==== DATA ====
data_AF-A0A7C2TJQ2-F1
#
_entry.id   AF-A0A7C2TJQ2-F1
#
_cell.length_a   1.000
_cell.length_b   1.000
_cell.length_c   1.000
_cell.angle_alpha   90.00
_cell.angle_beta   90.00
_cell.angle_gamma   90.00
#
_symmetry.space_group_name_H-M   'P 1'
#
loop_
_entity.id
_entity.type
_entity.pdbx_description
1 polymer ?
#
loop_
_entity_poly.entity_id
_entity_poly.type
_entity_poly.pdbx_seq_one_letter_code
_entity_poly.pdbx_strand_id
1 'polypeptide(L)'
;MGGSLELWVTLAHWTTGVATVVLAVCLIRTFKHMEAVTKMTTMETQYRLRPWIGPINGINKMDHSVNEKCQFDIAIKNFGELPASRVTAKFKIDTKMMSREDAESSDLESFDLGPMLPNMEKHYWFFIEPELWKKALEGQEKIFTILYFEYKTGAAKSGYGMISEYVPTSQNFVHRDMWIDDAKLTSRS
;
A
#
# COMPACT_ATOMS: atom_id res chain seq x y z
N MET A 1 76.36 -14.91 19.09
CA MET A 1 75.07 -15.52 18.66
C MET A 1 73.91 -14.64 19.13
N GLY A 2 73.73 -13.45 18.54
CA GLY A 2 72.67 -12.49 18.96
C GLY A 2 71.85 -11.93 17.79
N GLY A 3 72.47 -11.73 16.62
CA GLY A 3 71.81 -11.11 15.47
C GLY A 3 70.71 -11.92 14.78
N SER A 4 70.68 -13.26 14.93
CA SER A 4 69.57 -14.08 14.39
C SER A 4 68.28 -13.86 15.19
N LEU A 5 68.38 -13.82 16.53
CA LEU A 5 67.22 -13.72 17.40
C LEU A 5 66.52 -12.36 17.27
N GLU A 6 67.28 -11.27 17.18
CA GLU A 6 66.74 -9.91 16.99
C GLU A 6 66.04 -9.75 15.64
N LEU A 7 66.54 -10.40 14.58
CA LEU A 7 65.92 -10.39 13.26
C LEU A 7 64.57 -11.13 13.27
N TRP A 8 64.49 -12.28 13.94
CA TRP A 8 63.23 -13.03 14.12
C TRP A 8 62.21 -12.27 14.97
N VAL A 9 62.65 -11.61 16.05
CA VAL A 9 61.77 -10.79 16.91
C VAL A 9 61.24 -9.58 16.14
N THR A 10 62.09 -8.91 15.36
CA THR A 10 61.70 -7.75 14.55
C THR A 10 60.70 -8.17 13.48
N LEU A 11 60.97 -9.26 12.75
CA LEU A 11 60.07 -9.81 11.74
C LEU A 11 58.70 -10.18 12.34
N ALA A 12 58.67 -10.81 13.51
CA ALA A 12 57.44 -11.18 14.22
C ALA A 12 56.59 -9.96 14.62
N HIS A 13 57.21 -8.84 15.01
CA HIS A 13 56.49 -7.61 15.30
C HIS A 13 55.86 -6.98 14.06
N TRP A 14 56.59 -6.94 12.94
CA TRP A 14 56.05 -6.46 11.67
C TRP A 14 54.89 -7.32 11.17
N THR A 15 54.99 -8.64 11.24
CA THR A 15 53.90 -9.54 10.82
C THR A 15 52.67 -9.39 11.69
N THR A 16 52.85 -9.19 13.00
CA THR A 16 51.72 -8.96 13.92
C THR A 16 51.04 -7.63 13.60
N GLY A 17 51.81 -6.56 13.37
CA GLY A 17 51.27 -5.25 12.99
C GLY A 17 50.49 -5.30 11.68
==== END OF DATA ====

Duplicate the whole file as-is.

data_AF-A0A7C2TJQ2-F1
#
_entry.id   AF-A0A7C2TJQ2-F1
#
_cell.length_a   1.000
_cell.length_b   1.000
_cell.length_c   1.000
_cell.angle_alpha   90.00
_cell.angle_beta   90.00
_cell.angle_gamma   90.00
#
_symmetry.space_group_name_H-M   'P 1'
#
loop_
_entity.id
_entity.type
_entity.pdbx_description
1 polymer ?
#
loop_
_entity_poly.entity_id
_entity_poly.type
_entity_poly.pdbx_seq_one_letter_code
_entity_poly.pdbx_strand_id
1 'polypeptide(L)'
;MGGSLELWVTLAHWTTGVATVVLAVCLIRTFKHMEAVTKMTTMETQYRLRPWIGPINGINKMDHSVNEKCQFDIAIKNFGELPASRVTAKFKIDTKMMSREDAESSDLESFDLGPMLPNMEKHYWFFIEPELWKKALEGQEKIFTILYFEYKTGAAKSGYGMISEYVPTSQNFVHRDMWIDDAKLTSRS
;
A
#
# COMPACT_ATOMS: atom_id res chain seq x y z
N MET A 1 76.36 -14.91 19.09
CA MET A 1 75.07 -15.52 18.66
C MET A 1 73.91 -14.64 19.13
N GLY A 2 73.73 -13.45 18.54
CA GLY A 2 72.67 -12.49 18.96
C GLY A 2 71.85 -11.93 17.79
N GLY A 3 72.47 -11.73 16.62
CA GLY A 3 71.81 -11.11 15.47
C GLY A 3 70.71 -11.92 14.78
N SER A 4 70.68 -13.26 14.93
CA SER A 4 69.57 -14.08 14.39
C SER A 4 68.28 -13.86 15.19
N LEU A 5 68.38 -13.82 16.53
CA LEU A 5 67.22 -13.72 17.40
C LEU A 5 66.52 -12.36 17.27
N GLU A 6 67.28 -11.27 17.18
CA GLU A 6 66.74 -9.91 16.99
C GLU A 6 66.04 -9.75 15.64
N LEU A 7 66.54 -10.40 14.58
CA LEU A 7 65.92 -10.39 13.26
C LEU A 7 64.57 -11.13 13.27
N TRP A 8 64.49 -12.28 13.94
CA TRP A 8 63.23 -13.03 14.12
C TRP A 8 62.21 -12.27 14.97
N VAL A 9 62.65 -11.61 16.05
CA VAL A 9 61.77 -10.79 16.91
C VAL A 9 61.24 -9.58 16.14
N THR A 10 62.09 -8.91 15.36
CA THR A 10 61.70 -7.75 14.55
C THR A 10 60.70 -8.17 13.48
N LEU A 11 60.97 -9.26 12.75
CA LEU A 11 60.07 -9.81 11.74
C LEU A 11 58.70 -10.18 12.34
N ALA A 12 58.67 -10.81 13.51
CA ALA A 12 57.44 -11.18 14.22
C ALA A 12 56.59 -9.96 14.62
N HIS A 13 57.21 -8.84 15.01
CA HIS A 13 56.49 -7.61 15.30
C HIS A 13 55.86 -6.98 14.06
N TRP A 14 56.59 -6.94 12.94
CA TRP A 14 56.05 -6.46 11.67
C TRP A 14 54.89 -7.32 11.17
N THR A 15 54.99 -8.64 11.24
CA THR A 15 53.90 -9.54 10.82
C THR A 15 52.67 -9.39 11.69
N THR A 16 52.85 -9.19 13.00
CA THR A 16 51.72 -8.96 13.92
C THR A 16 51.04 -7.63 13.60
N GLY A 17 51.81 -6.56 13.37
CA GLY A 17 51.27 -5.25 12.99
C GLY A 17 50.49 -5.30 11.68